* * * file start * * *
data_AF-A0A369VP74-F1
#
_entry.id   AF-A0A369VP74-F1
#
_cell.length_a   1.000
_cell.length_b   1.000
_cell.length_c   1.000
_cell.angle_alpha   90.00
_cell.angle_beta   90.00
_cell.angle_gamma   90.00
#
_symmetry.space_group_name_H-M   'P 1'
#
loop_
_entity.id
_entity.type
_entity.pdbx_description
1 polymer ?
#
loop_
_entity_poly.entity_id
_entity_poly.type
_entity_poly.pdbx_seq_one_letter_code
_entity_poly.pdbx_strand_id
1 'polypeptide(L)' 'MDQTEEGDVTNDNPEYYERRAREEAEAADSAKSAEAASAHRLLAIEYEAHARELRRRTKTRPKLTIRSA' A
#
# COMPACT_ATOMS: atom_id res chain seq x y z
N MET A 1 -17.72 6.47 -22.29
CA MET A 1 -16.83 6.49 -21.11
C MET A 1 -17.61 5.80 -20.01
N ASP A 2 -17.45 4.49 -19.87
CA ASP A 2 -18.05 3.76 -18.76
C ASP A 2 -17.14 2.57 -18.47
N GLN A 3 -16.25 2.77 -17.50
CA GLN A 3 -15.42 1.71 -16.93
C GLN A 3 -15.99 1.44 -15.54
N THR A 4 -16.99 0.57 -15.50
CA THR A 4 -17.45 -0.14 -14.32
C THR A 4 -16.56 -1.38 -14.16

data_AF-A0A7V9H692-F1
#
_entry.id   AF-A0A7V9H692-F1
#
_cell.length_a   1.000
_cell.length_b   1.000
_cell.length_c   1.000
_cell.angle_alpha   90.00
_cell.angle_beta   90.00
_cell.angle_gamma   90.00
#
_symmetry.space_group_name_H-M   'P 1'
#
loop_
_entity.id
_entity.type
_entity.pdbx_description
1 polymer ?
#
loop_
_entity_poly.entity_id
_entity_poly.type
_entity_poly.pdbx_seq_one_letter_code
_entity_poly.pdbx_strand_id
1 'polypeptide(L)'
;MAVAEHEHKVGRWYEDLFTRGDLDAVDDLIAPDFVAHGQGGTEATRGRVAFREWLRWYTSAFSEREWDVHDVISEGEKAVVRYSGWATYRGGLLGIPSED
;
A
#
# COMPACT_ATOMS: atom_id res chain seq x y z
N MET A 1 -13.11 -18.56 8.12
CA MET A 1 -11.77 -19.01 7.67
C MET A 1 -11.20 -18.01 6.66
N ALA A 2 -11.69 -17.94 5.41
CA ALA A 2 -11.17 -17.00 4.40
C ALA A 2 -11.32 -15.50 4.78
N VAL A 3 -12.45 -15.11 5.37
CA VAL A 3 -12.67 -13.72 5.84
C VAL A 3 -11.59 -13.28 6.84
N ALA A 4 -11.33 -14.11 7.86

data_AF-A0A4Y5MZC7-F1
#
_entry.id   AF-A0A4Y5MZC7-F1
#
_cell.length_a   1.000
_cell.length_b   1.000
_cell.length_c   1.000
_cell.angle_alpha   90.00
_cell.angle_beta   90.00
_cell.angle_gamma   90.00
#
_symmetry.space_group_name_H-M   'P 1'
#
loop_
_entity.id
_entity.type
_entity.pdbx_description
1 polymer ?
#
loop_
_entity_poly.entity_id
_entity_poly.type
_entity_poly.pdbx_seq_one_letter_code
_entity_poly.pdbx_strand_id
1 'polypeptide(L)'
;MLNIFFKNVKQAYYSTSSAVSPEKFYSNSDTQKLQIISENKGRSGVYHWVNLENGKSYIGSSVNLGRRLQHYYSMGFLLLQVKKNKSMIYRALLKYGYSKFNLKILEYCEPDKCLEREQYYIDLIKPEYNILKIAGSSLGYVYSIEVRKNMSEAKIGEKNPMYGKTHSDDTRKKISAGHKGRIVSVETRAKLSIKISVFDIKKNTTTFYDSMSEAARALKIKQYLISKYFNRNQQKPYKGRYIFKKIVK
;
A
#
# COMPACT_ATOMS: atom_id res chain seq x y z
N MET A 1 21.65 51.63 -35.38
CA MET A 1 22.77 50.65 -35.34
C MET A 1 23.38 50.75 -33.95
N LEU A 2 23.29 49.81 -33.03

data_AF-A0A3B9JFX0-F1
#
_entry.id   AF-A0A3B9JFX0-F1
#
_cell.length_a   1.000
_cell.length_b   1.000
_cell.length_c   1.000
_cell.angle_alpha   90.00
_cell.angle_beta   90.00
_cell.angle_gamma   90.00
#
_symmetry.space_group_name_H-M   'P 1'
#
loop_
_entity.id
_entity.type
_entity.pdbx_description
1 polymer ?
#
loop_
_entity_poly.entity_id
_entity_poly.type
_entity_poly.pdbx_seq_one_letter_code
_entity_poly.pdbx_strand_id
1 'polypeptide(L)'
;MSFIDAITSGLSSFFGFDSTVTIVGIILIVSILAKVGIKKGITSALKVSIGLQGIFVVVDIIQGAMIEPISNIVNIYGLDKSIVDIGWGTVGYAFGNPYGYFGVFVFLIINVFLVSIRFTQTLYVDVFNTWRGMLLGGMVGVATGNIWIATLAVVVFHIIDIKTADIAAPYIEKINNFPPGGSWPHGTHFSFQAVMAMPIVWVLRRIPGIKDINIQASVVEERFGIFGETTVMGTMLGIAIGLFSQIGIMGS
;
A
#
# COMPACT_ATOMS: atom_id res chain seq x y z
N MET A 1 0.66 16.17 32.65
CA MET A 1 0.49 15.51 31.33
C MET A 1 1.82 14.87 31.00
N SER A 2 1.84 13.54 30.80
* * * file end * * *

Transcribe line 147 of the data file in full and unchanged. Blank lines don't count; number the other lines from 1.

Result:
N SER A 2 1.84 13.54 30.80